HARDY, AR (KAIT) - If you ever attended a summer camp as a child, you know the special memories you carry with you forever.
Outside Hardy, Old Kia Kima provides a means for today's young people to make special memories like the thousands who preceded them through the gates.
Old Kia Kima was built as a Boy Scout Camp in 1916. When the new Kia Kima was built in 1964, this camp sat abandoned but not forgotten.
In the 90's, 4 former camp staff members including Ron Tate came to visit their old camp. What they found was depressing if not shocking. For years people had used the old camp as a dump. The buildings had fallen into disrepair and overgrown.
Tate, "I remember walking through the quadrangle. Is was so overgrown you couldn't even see the cabins. It was just horrible. But I vowed that the next time I came I would sleep in what was left of Cabin 1." And he did.
From that first visit came formation of the Old Kia Kima Preservation Association made up of former campers and staff.
"It was a way for us to give back what we received as kids." Says Rich Schmid, who first came to scout camp here when he was 11. As current president of the OKKPA, he's leading the efforts to preserve the camp.
The camp re-opened in 2002, but not just for Boy Scouts. Now the camp is available to all youth groups or any group who want the outdoors experience.
Current board member Robert Driesel says the camp stays pretty busy. "This year we kicked off in March and we're finishing up in the third week of November right now."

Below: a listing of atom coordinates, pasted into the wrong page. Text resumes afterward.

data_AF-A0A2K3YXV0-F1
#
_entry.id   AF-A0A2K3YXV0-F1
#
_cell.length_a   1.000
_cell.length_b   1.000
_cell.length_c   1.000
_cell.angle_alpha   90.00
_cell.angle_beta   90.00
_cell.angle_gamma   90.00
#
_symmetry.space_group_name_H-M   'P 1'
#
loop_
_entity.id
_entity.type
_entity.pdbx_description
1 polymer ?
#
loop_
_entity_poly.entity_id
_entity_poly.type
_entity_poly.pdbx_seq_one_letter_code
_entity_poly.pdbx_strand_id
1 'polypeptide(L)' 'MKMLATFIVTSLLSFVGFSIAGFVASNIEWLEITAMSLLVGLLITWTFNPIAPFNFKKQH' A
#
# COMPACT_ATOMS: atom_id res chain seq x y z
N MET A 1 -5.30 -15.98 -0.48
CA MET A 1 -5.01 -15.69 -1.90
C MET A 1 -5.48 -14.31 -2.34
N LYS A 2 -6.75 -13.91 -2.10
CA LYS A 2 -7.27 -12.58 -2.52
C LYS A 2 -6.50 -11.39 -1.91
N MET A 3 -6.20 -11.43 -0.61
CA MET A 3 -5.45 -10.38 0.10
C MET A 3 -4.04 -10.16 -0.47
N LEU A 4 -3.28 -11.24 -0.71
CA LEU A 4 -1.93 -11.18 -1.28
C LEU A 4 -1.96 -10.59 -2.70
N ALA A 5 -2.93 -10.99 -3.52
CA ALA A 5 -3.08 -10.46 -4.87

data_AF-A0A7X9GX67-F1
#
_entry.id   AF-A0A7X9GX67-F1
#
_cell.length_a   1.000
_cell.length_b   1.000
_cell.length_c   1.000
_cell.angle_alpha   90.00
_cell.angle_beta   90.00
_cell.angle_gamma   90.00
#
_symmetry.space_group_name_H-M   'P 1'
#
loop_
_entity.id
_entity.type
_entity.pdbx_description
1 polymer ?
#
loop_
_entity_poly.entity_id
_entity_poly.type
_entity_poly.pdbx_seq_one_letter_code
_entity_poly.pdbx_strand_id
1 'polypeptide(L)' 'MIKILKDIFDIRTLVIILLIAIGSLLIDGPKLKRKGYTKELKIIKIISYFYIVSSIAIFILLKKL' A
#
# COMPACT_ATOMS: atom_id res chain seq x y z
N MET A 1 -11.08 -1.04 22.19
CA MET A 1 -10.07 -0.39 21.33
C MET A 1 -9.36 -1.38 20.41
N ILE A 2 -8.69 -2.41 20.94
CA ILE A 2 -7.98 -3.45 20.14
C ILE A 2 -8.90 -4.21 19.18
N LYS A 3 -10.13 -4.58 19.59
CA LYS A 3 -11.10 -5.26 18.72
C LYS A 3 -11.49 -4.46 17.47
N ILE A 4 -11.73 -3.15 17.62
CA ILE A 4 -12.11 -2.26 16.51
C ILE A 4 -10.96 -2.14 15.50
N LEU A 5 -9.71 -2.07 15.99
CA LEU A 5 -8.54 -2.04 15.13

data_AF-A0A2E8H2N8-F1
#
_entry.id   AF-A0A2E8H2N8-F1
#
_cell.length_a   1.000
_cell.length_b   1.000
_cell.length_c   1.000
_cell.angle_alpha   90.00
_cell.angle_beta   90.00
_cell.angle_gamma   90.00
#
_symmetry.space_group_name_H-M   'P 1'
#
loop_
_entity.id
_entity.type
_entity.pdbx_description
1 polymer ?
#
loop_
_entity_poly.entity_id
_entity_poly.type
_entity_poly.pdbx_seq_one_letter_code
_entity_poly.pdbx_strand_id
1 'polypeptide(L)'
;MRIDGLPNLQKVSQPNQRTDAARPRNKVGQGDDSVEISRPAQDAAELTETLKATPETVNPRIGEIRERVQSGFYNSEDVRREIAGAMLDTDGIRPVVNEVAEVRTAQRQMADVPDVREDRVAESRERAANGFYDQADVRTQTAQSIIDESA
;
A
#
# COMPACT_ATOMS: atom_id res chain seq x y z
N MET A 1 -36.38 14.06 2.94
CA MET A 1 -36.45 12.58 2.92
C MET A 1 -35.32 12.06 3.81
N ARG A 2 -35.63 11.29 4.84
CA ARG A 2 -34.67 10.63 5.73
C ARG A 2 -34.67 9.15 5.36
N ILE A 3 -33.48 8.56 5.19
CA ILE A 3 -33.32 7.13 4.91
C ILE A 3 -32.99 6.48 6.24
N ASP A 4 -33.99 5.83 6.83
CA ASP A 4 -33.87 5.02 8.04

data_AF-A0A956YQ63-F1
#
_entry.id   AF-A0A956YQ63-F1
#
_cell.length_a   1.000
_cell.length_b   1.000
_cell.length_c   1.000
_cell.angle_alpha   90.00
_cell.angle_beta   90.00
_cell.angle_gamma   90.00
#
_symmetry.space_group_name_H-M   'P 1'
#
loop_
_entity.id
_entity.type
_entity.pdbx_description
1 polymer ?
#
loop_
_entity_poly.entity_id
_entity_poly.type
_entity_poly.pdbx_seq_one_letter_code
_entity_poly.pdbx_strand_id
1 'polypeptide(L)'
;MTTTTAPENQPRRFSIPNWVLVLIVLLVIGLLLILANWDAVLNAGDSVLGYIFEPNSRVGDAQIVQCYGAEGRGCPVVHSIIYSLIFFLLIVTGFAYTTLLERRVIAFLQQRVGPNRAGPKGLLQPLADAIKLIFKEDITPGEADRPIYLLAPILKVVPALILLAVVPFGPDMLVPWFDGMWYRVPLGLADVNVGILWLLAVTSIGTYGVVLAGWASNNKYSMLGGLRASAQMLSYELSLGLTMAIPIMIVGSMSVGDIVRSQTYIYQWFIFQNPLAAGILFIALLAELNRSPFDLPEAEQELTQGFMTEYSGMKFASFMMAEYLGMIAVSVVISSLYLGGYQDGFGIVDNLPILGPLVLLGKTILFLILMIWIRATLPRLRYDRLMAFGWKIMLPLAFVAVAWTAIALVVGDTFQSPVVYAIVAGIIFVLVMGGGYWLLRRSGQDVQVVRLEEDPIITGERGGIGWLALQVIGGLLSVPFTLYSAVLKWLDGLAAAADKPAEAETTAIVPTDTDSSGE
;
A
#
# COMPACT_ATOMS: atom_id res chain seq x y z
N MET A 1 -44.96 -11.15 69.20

Driesel says they expect about 1600 kids to pass through the gates this year. But perhaps the most remarkable thing about this facility is it's cost to campers.
Schmid, "We don't charge any funds for the use of the camp. All the kids need to do is bring their sleeping gear and the food they need for the weekend or the week long whatever program they want to do."
All possible because former campers and staff donate hours of labor to get the camp ready for the season. All around the camp there are men and women, most in their 60's and well above, wielding hammers, and paint brushes, pouring cement and all the other things it takes to get the camp ready.
Schmid says that many former campers and staff are unable to donate time and labor but they do donate funds to the Old Kia Kima Endowment fund.
Schmid, "As we build the fund we have monies invested and when we get to a certain amount and we will be assured that this camp will stay in operation for perpetuity."
And that is what the old volunteers and the new volunteers are planning on. This camp will never close again except in the winter.
Schmid, "When you come up here and you see kids running around this place and in the river swimming and doing their activities and the smiles on their faces. That's what makes it all worth while."
Bob Williams the "senior" former staff member was rinsing off a cement mixer getting ready for lunch. He and his crew were pouring foundations for new seating at the fire ring. Williams who worked at the camp in the late 40's and attended before that says this is all done for tomorrows generations.
"To know that kids coming behind us are going to be able to enjoy this place as much as we do. That's the thing. Make sure it's available to the younger group coming up."
A metallic clanging sound drifted on the breeze.."Lunch." Williams said.